Short story: The Moralbiont


In a future where mycelium has replaced products derived from animals, we see how someone might look back on the past – our present – and, through the eyes of a little girl, we see how our relationship with the living world might, one day, shift.

Read below the flash fiction story “The Moralbiont” by Jason Bosch, shortlisted in the top ten stories for the #FEMSmicroBlog Writing Competition on “How Microbiology will Change our Future”.

Read on this link: all shortlisted stories.


The Moralbiont

It was shortly after lunch when Olivia entered her grandfather’s study. He didn’t see her at first, too focussed on the old-fashioned, paper-thin, glass monitor on his desk.

“Kids today,” he grumbled, fingers tapping away at the keyboard with a slow but practised cadence that hinted at many years of experience. “You can’t just let the AI assemble the code, you have to check it!”

“Hi, grandpa,” greeted Olivia.

“Hmm? Oh! Hello there. What are you doing here?”

“Mom and Dad are going to some work thing, so I’m staying for the night!”

Her grandfather grunted in reply and resumed typing.

For the next few minutes, the room was quiet as Olivia wandered from shelf-to-shelf, standing on her tip-toes and poking her nose into everything. She was only allowed in her grandfather’s study when he was there and it was always filled with so many interesting objects: books, holograms and innumerable bottles of dead wood with mushrooms growing from them.

One book in particular, lying atop a pile of papers, caught her attention. There was nothing visually striking about it but, as she ran her finger along the cover, she noticed it felt different. Soft, tough and textured. She picked it up and showed her grandfather.

“This book feels funny.”

His eyes flicked up from the screen.

“My thesis. Nice, isn’t it? Cow skin. One hundred percent genuine cow skin.”

Olivia’s eyes widened and, as her face scrunched up, she dropped it.

“Eww! That’s gross! Why would you put dead stuff on a book?”

With a chuckle, her grandfather rose and walked over. He bent down, picked up the book and placed it back on the pile of papers.

“It’s not really covered with cow skin; it’s covered with mycelial leather. It’s made from fungi. From those mushrooms over there.” He pointed to a nearby glass jar. “Back then, I was studying how to improve the properties of mycelial leather so that we could stop using cow skin.”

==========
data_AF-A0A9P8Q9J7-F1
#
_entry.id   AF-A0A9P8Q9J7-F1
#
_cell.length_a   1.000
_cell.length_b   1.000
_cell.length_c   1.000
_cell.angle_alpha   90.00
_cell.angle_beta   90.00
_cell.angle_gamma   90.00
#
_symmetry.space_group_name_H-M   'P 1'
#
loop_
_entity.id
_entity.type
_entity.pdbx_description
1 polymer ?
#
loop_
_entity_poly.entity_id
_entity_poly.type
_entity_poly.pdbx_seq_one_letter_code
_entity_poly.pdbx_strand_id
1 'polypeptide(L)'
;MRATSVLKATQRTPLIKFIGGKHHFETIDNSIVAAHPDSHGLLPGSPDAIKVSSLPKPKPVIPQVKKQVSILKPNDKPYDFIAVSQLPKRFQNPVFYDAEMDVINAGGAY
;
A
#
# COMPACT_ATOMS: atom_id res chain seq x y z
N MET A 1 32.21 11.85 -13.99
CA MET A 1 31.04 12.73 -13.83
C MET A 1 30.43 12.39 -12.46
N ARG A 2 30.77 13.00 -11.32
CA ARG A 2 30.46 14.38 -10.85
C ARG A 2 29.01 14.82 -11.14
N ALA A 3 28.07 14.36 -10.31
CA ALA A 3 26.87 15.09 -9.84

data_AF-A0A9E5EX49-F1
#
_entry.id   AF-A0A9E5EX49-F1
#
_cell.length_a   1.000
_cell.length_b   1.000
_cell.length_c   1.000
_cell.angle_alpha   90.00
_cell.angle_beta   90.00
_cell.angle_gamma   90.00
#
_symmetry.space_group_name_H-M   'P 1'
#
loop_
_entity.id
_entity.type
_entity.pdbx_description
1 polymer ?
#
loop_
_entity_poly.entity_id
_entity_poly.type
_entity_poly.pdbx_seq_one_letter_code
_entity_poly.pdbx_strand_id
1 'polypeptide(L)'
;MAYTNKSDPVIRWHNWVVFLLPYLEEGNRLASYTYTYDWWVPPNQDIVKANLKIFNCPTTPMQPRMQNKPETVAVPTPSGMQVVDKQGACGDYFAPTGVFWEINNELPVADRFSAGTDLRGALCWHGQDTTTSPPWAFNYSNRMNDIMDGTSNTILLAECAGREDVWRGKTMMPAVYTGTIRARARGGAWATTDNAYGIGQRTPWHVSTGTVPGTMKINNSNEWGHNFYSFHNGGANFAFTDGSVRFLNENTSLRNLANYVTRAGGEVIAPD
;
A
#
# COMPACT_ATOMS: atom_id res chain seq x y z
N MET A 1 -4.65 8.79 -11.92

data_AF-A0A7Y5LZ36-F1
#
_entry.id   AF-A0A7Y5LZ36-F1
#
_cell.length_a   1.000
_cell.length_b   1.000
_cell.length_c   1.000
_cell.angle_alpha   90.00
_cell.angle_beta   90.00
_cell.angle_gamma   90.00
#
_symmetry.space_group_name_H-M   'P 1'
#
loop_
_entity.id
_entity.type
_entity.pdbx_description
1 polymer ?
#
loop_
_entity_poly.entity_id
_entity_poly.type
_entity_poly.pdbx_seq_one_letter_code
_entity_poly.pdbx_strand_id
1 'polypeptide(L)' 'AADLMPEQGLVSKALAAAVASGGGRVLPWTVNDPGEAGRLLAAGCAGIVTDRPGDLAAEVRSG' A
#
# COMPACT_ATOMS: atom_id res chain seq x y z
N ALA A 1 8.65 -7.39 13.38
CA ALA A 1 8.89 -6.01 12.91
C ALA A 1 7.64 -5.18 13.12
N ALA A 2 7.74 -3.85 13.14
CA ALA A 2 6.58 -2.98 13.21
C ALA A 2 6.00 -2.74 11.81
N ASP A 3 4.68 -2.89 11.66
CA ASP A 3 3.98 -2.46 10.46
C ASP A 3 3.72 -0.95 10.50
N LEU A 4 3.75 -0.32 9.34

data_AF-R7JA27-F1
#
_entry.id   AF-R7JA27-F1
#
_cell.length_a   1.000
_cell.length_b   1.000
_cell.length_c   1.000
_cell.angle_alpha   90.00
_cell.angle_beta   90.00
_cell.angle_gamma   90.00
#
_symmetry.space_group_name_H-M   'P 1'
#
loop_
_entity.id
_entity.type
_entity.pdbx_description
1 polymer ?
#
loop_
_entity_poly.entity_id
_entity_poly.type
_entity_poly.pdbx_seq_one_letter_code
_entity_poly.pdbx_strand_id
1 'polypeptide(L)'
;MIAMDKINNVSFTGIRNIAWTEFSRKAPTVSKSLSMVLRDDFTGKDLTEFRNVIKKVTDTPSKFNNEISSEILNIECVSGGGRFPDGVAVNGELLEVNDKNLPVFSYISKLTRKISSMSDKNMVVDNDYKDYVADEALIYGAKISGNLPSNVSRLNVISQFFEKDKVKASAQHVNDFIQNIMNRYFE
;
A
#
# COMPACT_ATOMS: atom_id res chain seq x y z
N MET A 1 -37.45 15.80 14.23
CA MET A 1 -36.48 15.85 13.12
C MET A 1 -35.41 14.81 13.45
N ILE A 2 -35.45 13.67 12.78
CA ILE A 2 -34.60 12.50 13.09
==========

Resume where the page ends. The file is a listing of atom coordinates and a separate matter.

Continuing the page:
Olivia rolled her eyes and let out a long sigh. “People wouldn’t use cow skin!”

“They did. The world back then was very different to the one we have now. People would take the skin of dead cows and do all sorts of things with it. Sometimes they’d make shoes or bags. Sometimes they’d use it to cover a seat or a fancy book.”

“But cows are our friends!” objected Olivia.

“The world was a cruel place,” continued her grandfather. “Many people cut themselves off from the natural world. Perhaps it was just easier that way. If you believed that other animals didn’t think or feel, then you didn’t have to worry about how you treated them. So much was built on the suffering of others.”

He paused. Olivia was looking increasingly distressed at his story.

“But things changed! We perfected mycelial leather. Once it felt right, was stronger and… well, cheaper, people started to use it. Fungi were a big business. We couldn’t have made many of the changes we did without them.”

“Did you invent the mushrooms?” gasped Olivia, looking at a row of bottles, each with a different species growing inside.

“Invent them?” laughed her grandfather. “No! They were always there. We just didn’t use them well. For all our talk of modernity, a lot of our methods were still very crude.”

“Olivia!” called a voice from downstairs. “The cows are in the field. Do you want to go play?”

Olivia gave a happy squeal, “Coming!” and ran off. The conversation forgotten.

Her grandfather looked out from the window. He could see the field, a short distance away, with cows slowly ambling on to it. One of the very few herds left in the world. Someday Olivia would learn how people used to treat them and why society was obligated to care for them. But she was still too young for that.

Turning back to the room, her grandfather’s eyes swept over the bottled mushrooms he’d spent decades studying.

“All it took was to grow you on some wood chips. And you to overexpress one extra protein. Yet that ended so much suffering.”

As always, his mind flitted between ideas. From the first sip of beer, fungi had always been there, side-by-side with mankind, making our lives better. Then they helped us become better, more caring people.

“How do we even describe that?” he mused. “That’s beyond the holobiont. A moralbiont, perhaps?”

FEMS/the author


About the author of this story

Jason Bosch was born in the beautiful city of Cape Town and grew up with a love of the natural world. He studied genetics and microbiology and eventually completed a PhD in molecular biology while trying to understand fungal plant-pathogen interactions. For ethical reasons, he has been a vegetarian since late 2011. He is currently based at the Institute of Microbiology in Prague and studying microbial communities in deadwood.

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